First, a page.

you drive the blade deep with your foot.
Bogwater wells from the wound.
 
Grass lies down in the fields and drowns,
cattle bawl their hunger pains.
There is only one child in the house.
 
You can’t shake the inkling,
it niggles, raises the back of your hair,
sly and fat as a tick.
 
Barley decays in the ground.
The cow is near dry. You must choose
between calf and child.
 
It is out of your hands.
 

The Snow Woman

 
She was a blow-in then,
the snow a wordless paper sheet,
her footprints the first blunt penstrokes
with everything still to write:
spring planting, barley sheaves,
a bitter crop of stones and chaneys
at the turn of the year.
Windblown crows dropped in
through holes punched in the sky,
gossiped year after year.
She wrote children,
they built the scarecrow in the field.
 
Now she’s a native,
the graveyard peopled with some of her own:
a greyed husband planted these two years,
a girl half-grown,
the rest of her children flown
a thousand miles as the crow
flies from the snow-blind fields,
silent hills shoulder her close,
crows call her name from tall trees.
She has carried the scarecrow into the house.
 

Self Portrait as a She Wolf‘ and other poems published here are © Breda Wall Ryan

Breda-852 (Colour) (1)Breda Wall Ryan grew up on a farm in Co Waterford and now lives in Co. Wicklow. She has a B.A. in English and Spanish from UCC; a Post-graduate Diploma in Teaching English as a Foreign Language, and an M.Phil. in Creative Writing (Distinction) from Trinity College, Dublin. Her awarded fiction has appeared in The Stinging Fly, The Faber Book of Best New Irish Short Stories 2006-7 and The New Hennessy Book of Irish Fiction. Her poems have been published widely in journals in Ireland and internationally, including Skylight 47, Ink Sweat and Tears, Deep Water Literary Journal, And Other Poems, Fish Anthology, Mslexia, The Ofi Press, Orbis, Magma and The Rialto. Her first collection, In a Hare’s Eye, was published by Doire Press in 2015. A Pushcart and Forward nominee, she has won several prizes, most recently the Gregory O’Donoghue International Poetry Prize, 2015.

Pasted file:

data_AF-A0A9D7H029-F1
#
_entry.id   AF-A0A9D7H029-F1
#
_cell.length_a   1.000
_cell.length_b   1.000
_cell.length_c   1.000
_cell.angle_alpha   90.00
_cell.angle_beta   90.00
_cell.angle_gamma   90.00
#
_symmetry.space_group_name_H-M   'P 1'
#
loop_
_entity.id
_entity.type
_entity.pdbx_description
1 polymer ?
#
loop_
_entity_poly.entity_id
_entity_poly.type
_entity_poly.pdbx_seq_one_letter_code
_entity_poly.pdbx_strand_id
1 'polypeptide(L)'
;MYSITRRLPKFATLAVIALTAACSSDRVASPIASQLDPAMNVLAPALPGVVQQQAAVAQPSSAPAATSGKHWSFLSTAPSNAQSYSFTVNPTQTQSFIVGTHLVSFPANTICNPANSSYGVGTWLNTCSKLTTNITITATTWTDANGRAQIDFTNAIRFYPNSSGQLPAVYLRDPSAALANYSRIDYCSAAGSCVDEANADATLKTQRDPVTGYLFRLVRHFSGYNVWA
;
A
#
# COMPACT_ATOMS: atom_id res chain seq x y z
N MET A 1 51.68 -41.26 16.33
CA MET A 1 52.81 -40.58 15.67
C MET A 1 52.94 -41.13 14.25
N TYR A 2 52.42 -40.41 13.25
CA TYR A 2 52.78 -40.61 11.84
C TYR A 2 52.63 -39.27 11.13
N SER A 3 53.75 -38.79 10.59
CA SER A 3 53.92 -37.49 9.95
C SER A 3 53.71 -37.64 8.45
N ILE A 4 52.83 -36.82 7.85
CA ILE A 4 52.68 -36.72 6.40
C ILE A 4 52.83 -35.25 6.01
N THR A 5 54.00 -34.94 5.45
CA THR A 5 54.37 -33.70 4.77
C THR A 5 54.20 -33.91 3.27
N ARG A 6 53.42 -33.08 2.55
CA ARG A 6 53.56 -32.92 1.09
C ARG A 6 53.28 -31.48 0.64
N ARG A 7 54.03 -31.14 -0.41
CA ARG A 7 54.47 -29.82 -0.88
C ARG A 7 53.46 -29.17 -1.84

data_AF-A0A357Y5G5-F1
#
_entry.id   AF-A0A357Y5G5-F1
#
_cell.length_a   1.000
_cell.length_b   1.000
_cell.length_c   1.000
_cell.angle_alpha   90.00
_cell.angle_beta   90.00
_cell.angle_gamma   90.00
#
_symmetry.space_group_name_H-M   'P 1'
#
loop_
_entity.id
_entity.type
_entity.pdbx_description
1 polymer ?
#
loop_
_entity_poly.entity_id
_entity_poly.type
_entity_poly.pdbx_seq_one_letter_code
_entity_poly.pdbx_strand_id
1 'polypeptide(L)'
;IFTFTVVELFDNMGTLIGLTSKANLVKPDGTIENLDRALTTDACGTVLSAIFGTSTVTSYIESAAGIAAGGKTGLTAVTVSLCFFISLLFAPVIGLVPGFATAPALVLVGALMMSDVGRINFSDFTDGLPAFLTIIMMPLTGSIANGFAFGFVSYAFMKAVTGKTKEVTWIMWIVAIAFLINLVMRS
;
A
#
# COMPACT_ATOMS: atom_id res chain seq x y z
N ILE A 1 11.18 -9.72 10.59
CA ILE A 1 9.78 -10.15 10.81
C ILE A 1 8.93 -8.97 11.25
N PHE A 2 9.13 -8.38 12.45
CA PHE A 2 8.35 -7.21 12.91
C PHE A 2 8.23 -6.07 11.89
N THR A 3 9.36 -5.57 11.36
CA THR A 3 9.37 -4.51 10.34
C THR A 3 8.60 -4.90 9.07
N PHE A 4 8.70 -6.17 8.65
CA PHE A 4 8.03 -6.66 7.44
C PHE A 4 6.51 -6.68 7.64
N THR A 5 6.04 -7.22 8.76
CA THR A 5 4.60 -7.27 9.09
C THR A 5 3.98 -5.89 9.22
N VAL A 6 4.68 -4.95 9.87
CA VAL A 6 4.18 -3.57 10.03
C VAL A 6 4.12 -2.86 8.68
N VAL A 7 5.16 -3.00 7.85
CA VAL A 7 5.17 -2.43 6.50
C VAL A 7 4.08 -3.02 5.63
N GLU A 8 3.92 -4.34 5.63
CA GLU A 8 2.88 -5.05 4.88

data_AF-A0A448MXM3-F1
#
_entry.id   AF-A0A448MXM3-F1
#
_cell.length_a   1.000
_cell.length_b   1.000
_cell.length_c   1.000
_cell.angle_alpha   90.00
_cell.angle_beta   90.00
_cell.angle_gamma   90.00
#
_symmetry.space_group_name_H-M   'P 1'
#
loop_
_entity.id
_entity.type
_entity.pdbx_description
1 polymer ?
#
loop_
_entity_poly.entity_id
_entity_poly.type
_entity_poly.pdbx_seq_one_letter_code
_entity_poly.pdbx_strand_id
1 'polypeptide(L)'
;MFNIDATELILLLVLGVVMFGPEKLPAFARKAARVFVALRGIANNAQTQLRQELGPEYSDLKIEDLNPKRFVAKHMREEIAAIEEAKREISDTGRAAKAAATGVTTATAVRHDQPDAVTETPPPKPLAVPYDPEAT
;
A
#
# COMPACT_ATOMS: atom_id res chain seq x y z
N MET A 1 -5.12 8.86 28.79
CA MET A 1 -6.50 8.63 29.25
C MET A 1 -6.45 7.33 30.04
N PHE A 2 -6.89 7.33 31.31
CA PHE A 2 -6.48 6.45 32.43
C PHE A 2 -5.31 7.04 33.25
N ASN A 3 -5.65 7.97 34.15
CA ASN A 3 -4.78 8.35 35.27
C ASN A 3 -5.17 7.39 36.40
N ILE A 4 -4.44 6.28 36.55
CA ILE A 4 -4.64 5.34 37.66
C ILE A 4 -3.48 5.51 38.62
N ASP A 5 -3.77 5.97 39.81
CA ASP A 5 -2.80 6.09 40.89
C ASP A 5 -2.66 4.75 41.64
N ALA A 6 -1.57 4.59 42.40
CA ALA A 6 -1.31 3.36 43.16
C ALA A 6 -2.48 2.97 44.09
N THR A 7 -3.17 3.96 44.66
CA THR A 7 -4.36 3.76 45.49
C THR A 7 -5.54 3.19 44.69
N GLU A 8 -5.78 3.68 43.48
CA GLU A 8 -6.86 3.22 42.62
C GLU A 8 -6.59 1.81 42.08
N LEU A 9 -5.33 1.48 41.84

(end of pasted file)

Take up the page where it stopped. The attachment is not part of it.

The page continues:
‘The Goose Tree’ by Moyra Donaldson

The Goose Tree

 
‘There are likewise here many birds called barnacles,
which nature produces in a wonderful manner, out of
her ordinary course.’
-Topographia Hibernia,
Gerald of Wales

 
There are certain trees
whereon shells grow,
white-coloured,
tending to russet.
 
Each shell contains
a little living creature;
like the first line
of a poem, a thing
 
like a lace of silk
delicately woven,
one end of which
is fastened to the shell,
 
and which at the other
feeds into the belly
of a rude mass,
that in time comes
 
to the shape and form
of a bird. When the bird
is perfectly grown,
the shell begins to gape.
 
First lace, then legs,
then all comes forth
until the goose hangs
only by the beak.
 
A short space after,
at full maturity,
it falls into the sea,
where it gathers feathers.
 
Those that fall
onto the land perish
and become nothing.
A blank page.

The Goose Tree is © Moyra Donaldson, from The Goose Tree (Liberties Press, 2014)


download (2)
Moyra Donaldson
The Goose Tree
Liberties Press 2014
 
54 pages.Cover design by Karen Vaughan

download (3)Moyra Donaldson was born and brought up in Co Down and has been described as one of the country’s most distinctive and accomplished writers. She has published four previous collections, Snakeskin Stilettos (1998), Beneath The Ice (2001),The Horse’s Nest (2006) and Miracle Fruit (2010). Her poetry has won a number of awards, including the Allingham Award, the National Women’s Poetry Competition and the Cuirt New Writing Award. She has received four awards from the Arts Council NI, most recently, the Artist Career Enhancement Award.
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(from Liberties Press)